How to end your video game addiction.
Conquering your Addiction (to Video Games)
My generation grew up with the advancement of video game consoles and it was a very exciting time to embrace new games and technology. The first Nintendo opened up new ideas, hobbies, and a new way to spend time entertaining yourself. Now gaming is even more convenient with digital stores that let you download games instantly to your iPhone, iPad , PS3, and Xbox 360.
There are many forms of common addictions like alcohol, smoking, gambling, and now video games. Video games started becoming a priority for some people when games could be played online in real time. There is no pause button or saved game to come back to later. Most of these games are MMO-RPG’s like Everquest, World of Warcraft, Star Wars: The Old Republic, etc. These games make money by charging for the initial game and then a monthly service fee which is typically $14.99. Annually that’s $179.88 given to the game company. Just like any other business, these companies want to make money and they do so by dangling digital rewards for players in terms of upgrading items for stats and/or appearances.
Skip-able Personal story.
I played Everquest for a few months and it was addictive because there is always “one more thing” to do before “/camp”ing. I didn’t understand MMORPG’s at the time completely but I did enjoy the fantasy like atmosphere, leveling up my character, and getting cool looking armor and abilities. Years later, I started playing World of Warcraft (A.K.A. WOW) with my friends in college. I distinctly remember watching a video online of a group of people slaying a big dragon named Onyxia. I thought it was really cool but I would never meet enough people to do something like that. Eventually I did. I met hundreds and killed Onyxia many times with the hope of the item I want dropping, being the one who gets it, and then eventually having another character go through the same process. This lifestyle of mine continued through every expansion of World of Warcraft such as the Burning Crusade, Wrath of the Lich King, and ending my addiction in Cataclysm. Did I enjoy playing this game? Yes. Did it take up a lot of my time? Yes. Did I prioritize it over other things in my life? Yes.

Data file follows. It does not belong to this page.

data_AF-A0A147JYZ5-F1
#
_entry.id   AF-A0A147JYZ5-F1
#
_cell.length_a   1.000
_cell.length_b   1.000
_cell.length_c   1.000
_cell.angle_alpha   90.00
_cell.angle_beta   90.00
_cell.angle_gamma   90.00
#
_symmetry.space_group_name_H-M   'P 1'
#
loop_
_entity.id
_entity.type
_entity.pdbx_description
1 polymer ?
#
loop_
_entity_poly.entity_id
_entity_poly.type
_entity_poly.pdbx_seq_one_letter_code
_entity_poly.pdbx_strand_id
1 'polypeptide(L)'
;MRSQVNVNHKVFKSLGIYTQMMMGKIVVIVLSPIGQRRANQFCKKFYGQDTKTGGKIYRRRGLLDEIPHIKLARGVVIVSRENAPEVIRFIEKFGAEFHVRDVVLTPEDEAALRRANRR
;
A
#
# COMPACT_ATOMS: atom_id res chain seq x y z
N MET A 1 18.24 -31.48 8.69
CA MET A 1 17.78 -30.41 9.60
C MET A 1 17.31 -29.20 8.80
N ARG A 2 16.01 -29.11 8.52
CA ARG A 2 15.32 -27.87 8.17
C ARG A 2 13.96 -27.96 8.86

After awhile these games turn into a part-time job. Do you want to get the coolest/best items? Well you need to coordinate with a group of people to meet online a few times a week, come prepared with potions and items for the game, know the strategies of what you and others have to do, practice, and eventually (hopefully) weeks later defeat a boss. This could take at minimum 8-12 hours a week for a causal group of people.
End of personal story
The key question becomes what do you value and what do you get back in return? I realized that spending this time playing video games didn’t GIVE ME anything in return. Even while doing P90x, changing my diet, I still made time for a game that gave me the illusion of enjoyment. This came with a price, adjusting my schedule after work to play, and not improving myself by starting the business I always wanted or meeting new people to advance my career, reading personal development books and setting goals.
I quit MMORPG’s cold turkey last March. I have tried quitting many times before but I feel like this is going to be the time that is successful because now I am driven by other goals in my life. Is it easy to quit WOW and other games like it? No way. I think about playing it often (writing this post made me think about it) and I still get urges to play again. Over the summer I downloaded the game again, activated it, and stared at the login screen. I thought to myself, “Is today going to be the day I give in and play again? No, it’s not.” I un-installed the game and cancelled my subscription again. That was close. During times that test your limits it’s critical you have new goals in place.
Here is my list that I look at whenever I have urges to play. Feel free to use it or change it to make it your own.
World of Warcraft makes me…
1. Unhappy – Not having dinner with my wife.
2. Lazy – Didn’t clean/do laundry often.
3. Leave my mouth open – I have this bad habit when I’m playing games.
4. Fat – Snacking on chips, soda, and “fast” food next to the computer.
5. Unproductive – always procrastinated with important tasks. “I’ll do it tomorrow.”
6. Waste time – obviously everything else you could do.
7. Lose money – Not only $180 a year but the money lost by all missed opportunities.
8. Regret – Years I could not get back.
9. Regress – Any improvements I made personally were lost.
10. Tired – Staying up late, staring at a computer screen, and stress from a bad raid.
11. Stationary – sitting in one spot for hours.
12. Bad Posture – sitting poorly in one spot for hours.
13. Can you think of any more reasons not to play?
WRITE DOWN YOUR REASONS AND PUT THEM NEXT TO YOUR MONITOR!!!.
In other areas of your life if your choices do not give you any benefit in return than you NEED to stop them.
If you want to quit, then do it NOW! Make a change NOW! What are you waiting for?
Here are some excellent resources that are tailored to WoW however will apply to many different video games of the same type.
If you are having trouble quitting a video game addiction, e-mail me.
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